For the Hambukushu there is a single supreme being, a God Creator, called Nyembe, a god who punishes the wicked and blesses the good.

The god Nyembe, after creating men and animals, made them descend on the earth using a rope, dropping them down to the hills of Tsodilo, precisely on the top of the hill; the Hambukushu claim that the signs imprinted on the rock are the imprints of the first men and animals.

The Hambukushu believe in the existence of the spirits of the ancestors and, in order to procure their favors, perform several ritual sacrifices.

The beliefs about death and life after death are centered on the conviction that a person is not dead even if the body lies inert, the spirit in fact leaves the body and the real world and rises to a spiritual world.

Good people will see their spirit ascend to heaven and live alongside the god-creator Nyembi, while evil spirits will reach the wicked Shadapinyi, the messenger of death, where they will work hard by eating bad food and drinking nasty beer.

Both good spirits and evil spirits can come into contact with their families, so rites to propitiate their favors are needed.

The Hambukushu traditionally are very related to water, so to be considered the "rain men" by other populations living nearby.

There is a Hambukushu legend linked to watercourses, that tells of a monstrous creature who lives in the Okavango River, a huge snake monster called Dikongoro.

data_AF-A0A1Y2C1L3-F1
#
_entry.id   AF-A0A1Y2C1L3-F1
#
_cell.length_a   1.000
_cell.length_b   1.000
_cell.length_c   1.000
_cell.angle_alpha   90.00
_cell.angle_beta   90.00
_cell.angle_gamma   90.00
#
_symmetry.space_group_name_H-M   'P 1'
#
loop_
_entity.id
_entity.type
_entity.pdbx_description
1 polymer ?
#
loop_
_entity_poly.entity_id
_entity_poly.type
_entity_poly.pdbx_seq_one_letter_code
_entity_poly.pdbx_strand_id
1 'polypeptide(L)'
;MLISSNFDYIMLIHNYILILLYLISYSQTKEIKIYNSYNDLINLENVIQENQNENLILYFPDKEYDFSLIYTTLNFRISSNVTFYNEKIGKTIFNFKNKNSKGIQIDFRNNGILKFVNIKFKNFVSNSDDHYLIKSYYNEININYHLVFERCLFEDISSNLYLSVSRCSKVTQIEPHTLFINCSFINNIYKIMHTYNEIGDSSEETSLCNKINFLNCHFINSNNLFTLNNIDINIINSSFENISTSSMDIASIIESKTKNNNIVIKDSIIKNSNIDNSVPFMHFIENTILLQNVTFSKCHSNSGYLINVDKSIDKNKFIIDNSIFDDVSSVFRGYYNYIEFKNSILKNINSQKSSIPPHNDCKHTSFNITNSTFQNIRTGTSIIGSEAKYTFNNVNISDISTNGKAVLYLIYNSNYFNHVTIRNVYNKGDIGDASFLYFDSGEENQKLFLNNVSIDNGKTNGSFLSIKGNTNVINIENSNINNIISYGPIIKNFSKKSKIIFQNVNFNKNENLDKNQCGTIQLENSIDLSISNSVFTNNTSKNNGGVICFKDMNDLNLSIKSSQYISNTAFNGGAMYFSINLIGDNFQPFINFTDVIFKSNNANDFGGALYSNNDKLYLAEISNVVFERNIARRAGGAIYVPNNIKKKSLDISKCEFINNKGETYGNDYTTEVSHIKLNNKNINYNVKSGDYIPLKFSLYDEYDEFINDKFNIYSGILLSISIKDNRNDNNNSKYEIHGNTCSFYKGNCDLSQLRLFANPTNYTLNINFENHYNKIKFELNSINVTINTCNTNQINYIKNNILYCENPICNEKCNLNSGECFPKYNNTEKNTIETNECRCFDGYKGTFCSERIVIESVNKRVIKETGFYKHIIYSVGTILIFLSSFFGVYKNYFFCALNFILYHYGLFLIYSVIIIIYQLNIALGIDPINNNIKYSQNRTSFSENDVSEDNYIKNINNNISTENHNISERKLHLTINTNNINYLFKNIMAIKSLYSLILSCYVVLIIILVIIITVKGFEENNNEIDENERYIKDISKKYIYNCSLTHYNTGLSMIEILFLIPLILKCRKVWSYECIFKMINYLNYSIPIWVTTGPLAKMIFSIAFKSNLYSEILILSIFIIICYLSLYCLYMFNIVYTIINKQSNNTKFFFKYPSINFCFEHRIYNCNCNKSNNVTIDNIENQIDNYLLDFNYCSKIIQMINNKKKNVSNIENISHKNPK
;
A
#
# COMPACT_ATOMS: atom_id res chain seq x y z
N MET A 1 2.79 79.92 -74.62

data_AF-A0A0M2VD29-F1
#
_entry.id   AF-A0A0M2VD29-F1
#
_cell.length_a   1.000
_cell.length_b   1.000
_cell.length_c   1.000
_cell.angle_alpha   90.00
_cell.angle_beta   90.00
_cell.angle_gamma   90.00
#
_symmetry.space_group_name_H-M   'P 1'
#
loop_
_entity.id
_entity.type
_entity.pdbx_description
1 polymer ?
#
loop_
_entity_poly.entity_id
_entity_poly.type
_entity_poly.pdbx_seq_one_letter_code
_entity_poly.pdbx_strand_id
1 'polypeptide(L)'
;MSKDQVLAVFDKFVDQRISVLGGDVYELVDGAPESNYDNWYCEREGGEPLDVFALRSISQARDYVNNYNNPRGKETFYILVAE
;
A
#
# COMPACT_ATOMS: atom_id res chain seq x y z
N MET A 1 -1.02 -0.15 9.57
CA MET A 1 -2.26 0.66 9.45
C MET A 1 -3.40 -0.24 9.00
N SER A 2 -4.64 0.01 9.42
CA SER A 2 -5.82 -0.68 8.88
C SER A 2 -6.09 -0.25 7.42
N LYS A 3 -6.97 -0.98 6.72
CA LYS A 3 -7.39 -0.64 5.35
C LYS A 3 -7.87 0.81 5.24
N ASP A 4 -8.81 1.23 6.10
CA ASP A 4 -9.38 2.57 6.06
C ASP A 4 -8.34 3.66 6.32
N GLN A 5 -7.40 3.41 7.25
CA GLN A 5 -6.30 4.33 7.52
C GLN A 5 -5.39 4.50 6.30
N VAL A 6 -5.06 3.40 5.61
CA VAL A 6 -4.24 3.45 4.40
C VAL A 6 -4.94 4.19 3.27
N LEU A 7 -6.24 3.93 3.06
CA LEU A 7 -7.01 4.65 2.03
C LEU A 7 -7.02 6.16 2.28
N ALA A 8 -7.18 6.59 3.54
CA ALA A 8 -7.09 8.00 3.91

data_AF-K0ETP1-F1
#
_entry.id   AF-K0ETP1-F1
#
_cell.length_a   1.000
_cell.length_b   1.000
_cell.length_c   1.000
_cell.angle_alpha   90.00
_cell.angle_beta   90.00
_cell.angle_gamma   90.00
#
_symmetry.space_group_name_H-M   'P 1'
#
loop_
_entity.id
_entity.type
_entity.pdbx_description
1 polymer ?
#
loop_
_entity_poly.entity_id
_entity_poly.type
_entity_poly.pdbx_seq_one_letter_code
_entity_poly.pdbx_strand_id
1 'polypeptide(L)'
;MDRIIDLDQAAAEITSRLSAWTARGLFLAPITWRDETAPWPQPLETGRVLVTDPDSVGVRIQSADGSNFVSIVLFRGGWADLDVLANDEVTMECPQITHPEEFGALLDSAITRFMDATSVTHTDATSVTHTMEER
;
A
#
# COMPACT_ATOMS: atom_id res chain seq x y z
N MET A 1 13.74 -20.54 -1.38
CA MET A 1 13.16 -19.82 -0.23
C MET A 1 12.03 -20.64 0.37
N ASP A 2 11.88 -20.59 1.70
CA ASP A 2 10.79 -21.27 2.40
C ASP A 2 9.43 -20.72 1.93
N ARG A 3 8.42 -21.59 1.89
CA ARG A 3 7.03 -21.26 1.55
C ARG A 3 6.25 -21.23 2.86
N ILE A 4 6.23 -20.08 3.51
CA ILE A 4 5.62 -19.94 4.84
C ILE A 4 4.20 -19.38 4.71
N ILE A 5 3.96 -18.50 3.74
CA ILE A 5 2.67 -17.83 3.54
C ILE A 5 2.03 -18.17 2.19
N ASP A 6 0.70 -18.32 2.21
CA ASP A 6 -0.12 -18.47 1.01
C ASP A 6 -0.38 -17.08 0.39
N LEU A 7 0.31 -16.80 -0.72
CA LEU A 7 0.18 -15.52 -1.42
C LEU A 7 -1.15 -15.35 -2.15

Dikongoro is the spirit of a great dead leader, whose soul left the body to flee into the river and here turned into the serpent monster.

Even today, when a village leader dies, burial must take place along the banks of the river, if the burial place was far from a stream, the Dikongoro monster would kill the whole family.

Dikongoro lives in rivers where the water is dark, deep and does not flow, it looks like a huge python but has spiral horns like a kudu, if a canoe is caught by this monster, fishermen have to pay a tribute to Dikongoro, dropping a silver or gold object or some drops of blood into the water.

But Dikongoro is not just a wicked one, it protects natural resources and water, cares for grass growth and, early in the morning, deposits some fishes on the banks of the river to help the population.

When the Hambukushu descend to the river to collect water they do so with great respect, thanking Dikongoro for its protection.

The monster is the representation of the challenges the Hambukushu have to face daily, in the waters where they fish there are numerous hippos that can override the mokoro and invisible crocodiles ready to attack.

Another mythological creature is Mbava, a big bird like a cormorant, the extension of its wings goes from side to side of the river.

Meeting Mbava is a sign of misfortune, the river is colored in red and once back home one of the family members will die.

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